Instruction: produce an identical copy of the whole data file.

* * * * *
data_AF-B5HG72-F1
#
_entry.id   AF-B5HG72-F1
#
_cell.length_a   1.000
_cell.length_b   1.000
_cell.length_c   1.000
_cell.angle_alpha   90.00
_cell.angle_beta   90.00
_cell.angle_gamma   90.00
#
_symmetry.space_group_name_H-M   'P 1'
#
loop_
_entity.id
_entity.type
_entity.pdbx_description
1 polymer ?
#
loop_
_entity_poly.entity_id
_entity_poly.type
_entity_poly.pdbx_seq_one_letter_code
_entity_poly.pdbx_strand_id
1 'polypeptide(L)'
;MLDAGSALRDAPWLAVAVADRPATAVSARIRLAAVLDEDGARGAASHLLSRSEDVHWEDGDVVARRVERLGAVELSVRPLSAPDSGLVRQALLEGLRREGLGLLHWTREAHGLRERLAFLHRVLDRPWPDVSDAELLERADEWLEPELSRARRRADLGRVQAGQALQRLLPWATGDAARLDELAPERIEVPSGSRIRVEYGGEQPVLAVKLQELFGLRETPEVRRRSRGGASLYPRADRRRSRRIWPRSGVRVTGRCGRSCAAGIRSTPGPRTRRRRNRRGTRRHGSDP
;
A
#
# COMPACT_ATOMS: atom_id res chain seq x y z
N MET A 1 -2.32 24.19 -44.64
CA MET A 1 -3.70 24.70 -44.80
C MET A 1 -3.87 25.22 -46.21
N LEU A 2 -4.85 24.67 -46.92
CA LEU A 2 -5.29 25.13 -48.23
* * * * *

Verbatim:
data_AF-B5HG72-F1
#
_entry.id   AF-B5HG72-F1
#
_cell.length_a   1.000
_cell.length_b   1.000
_cell.length_c   1.000
_cell.angle_alpha   90.00
_cell.angle_beta   90.00
_cell.angle_gamma   90.00
#
_symmetry.space_group_name_H-M   'P 1'
#
loop_
_entity.id
_entity.type
_entity.pdbx_description
1 polymer ?
#
loop_
_entity_poly.entity_id
_entity_poly.type
_entity_poly.pdbx_seq_one_letter_code
_entity_poly.pdbx_strand_id
1 'polypeptide(L)'
;MLDAGSALRDAPWLAVAVADRPATAVSARIRLAAVLDEDGARGAASHLLSRSEDVHWEDGDVVARRVERLGAVELSVRPLSAPDSGLVRQALLEGLRREGLGLLHWTREAHGLRERLAFLHRVLDRPWPDVSDAELLERADEWLEPELSRARRRADLGRVQAGQALQRLLPWATGDAARLDELAPERIEVPSGSRIRVEYGGEQPVLAVKLQELFGLRETPEVRRRSRGGASLYPRADRRRSRRIWPRSGVRVTGRCGRSCAAGIRSTPGPRTRRRRNRRGTRRHGSDP
;
A
#
# COMPACT_ATOMS: atom_id res chain seq x y z
N MET A 1 -2.32 24.19 -44.64
CA MET A 1 -3.70 24.70 -44.80
C MET A 1 -3.87 25.22 -46.21
N LEU A 2 -4.85 24.67 -46.92
CA LEU A 2 -5.29 25.13 -48.23